Full disclosure: I work with Jason
I think this is one of those sharp corners of the language, which is to say I know it is like it is for a good reason, but it's still something easy to overlook that can bite you if you aren't careful.
I will say, I'm glad the language is resilient to code changes, in the sense that adding a default value to that second parameter at a later point in time would not change the semantics of any call sites that had been using the first method. That's certainly why the compiler uses the "most specific" rule to resolve ambiguity.
The one place where this can "bite" you is in the following scenario:
Say you're implementing a protocol or inheriting from a class that defines and implements
doSomething(with:). You then write your own method
doSomething(with:andMaybe:) but decide to add that default parameter for some good reason. You then go to use your method somewhere, not realizing you're actually calling the inherited form.
This is the exact scenario Jason found himself in and, I think, is why this topic has been brought up a few times before.
A warning would certainly be helpful in this scenario, but it would be obnoxious in others, so finding a reasonable way to silence it is critical. Here's some scenarios and imperfect solutions:
- If you intended to call the arity-2 function, silencing the warning is trivial because you can simply add the second parameter to your call. The fix-it could even insert the default value for you. It's annoying to have to specify what should be a default, but there's just no other way to do it and it's the right move, even without the warning.
- Removing the default value would also be a sensible fix-it, but could only apply if you own that code. If you only happen to own the short-form method, there's nothing reasonable you could do except rename it.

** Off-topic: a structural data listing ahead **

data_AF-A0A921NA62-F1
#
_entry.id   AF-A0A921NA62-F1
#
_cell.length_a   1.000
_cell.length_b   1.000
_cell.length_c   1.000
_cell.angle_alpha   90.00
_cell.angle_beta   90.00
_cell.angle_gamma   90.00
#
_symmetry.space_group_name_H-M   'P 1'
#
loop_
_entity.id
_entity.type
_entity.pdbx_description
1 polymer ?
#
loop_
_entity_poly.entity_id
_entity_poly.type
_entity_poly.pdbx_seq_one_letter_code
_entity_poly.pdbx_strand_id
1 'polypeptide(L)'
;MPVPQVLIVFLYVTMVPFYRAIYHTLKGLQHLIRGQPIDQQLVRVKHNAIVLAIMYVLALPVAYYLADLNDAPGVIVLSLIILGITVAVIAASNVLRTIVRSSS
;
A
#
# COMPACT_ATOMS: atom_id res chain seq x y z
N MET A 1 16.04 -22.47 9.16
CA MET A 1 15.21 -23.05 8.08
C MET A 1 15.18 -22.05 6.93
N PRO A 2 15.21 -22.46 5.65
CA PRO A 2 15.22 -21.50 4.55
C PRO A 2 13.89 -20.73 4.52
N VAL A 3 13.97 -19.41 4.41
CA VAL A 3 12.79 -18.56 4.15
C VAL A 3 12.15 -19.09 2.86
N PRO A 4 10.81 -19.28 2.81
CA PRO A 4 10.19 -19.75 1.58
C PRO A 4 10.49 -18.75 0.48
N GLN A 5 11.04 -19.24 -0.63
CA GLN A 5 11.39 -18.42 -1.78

- Other more dramatic changes like changing the parameter or function names could be recommended, but I'm not sure the compiler would want to do that since it wouldn't have any way to generate a recommended name. It's not like the near-miss protocol conformance scenario — there's concrete to compare against. I suppose it could just point you to the func definitions and say "consider renaming".
One way to silence the warning comes to mind which would work in all scenarios. A fix-it could suggest you use the fully-qualified name as an unapplied reference. For example:
Did you mean?
I admit this is truly strange usage of function calls, but it's perfectly valid and does what you'd expect. Typically you'd only use the unapplied reference when you want to, say, pass one of the functions as a parameter — point-free style.
This is the only way to remove all ambiguity, but considering how strange it is I dunno if this is the right move.
But then again, since this scenario is rare enough in the first place, maybe using a rarely-used feature is appropriate!
It would be nice to highlight this surprising corner-case for people. Even veterans can trip over this ambiguity from time to time.